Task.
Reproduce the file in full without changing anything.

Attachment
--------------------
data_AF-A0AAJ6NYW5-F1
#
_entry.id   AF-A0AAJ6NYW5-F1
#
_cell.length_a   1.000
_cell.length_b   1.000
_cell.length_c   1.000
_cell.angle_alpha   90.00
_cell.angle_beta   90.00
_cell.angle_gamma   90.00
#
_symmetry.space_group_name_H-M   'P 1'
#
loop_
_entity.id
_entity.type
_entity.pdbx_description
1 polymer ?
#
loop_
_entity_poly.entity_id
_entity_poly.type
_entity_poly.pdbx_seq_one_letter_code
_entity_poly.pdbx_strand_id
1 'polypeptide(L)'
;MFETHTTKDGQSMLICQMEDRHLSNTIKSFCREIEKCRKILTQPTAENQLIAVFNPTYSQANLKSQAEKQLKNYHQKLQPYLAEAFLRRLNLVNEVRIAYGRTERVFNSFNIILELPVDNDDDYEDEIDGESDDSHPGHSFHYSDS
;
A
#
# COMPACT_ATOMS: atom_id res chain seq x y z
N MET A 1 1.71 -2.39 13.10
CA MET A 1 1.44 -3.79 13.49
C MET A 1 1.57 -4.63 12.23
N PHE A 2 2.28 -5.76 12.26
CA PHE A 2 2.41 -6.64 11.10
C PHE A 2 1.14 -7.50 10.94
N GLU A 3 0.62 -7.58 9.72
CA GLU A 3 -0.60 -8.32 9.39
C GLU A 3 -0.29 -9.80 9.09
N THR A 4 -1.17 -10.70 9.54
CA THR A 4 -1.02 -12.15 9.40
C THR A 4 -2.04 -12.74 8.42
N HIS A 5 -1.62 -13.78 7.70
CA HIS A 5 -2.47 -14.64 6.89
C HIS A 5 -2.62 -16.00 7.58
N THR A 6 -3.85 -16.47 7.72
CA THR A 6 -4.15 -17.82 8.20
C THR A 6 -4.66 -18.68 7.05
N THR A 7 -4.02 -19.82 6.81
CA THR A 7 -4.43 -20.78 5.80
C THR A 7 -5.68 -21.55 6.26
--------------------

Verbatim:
data_AF-A0AAJ6NYW5-F1
#
_entry.id   AF-A0AAJ6NYW5-F1
#
_cell.length_a   1.000
_cell.length_b   1.000
_cell.length_c   1.000
_cell.angle_alpha   90.00
_cell.angle_beta   90.00
_cell.angle_gamma   90.00
#
_symmetry.space_group_name_H-M   'P 1'
#
loop_
_entity.id
_entity.type
_entity.pdbx_description
1 polymer ?
#
loop_
_entity_poly.entity_id
_entity_poly.type
_entity_poly.pdbx_seq_one_letter_code
_entity_poly.pdbx_strand_id
1 'polypeptide(L)'
;MFETHTTKDGQSMLICQMEDRHLSNTIKSFCREIEKCRKILTQPTAENQLIAVFNPTYSQANLKSQAEKQLKNYHQKLQPYLAEAFLRRLNLVNEVRIAYGRTERVFNSFNIILELPVDNDDDYEDEIDGESDDSHPGHSFHYSDS
;
A
#
# COMPACT_ATOMS: atom_id res chain seq x y z
N MET A 1 1.71 -2.39 13.10
CA MET A 1 1.44 -3.79 13.49
C MET A 1 1.57 -4.63 12.23
N PHE A 2 2.28 -5.76 12.26
CA PHE A 2 2.41 -6.64 11.10
C PHE A 2 1.14 -7.50 10.94
N GLU A 3 0.62 -7.58 9.72
CA GLU A 3 -0.60 -8.32 9.39
C GLU A 3 -0.29 -9.80 9.09
N THR A 4 -1.17 -10.70 9.54
CA THR A 4 -1.02 -12.15 9.40
C THR A 4 -2.04 -12.74 8.42
N HIS A 5 -1.62 -13.78 7.70
CA HIS A 5 -2.47 -14.64 6.89
C HIS A 5 -2.62 -16.00 7.58
N THR A 6 -3.85 -16.47 7.72
CA THR A 6 -4.15 -17.82 8.20
C THR A 6 -4.66 -18.68 7.05
N THR A 7 -4.02 -19.82 6.81
CA THR A 7 -4.43 -20.78 5.80
C THR A 7 -5.68 -21.55 6.26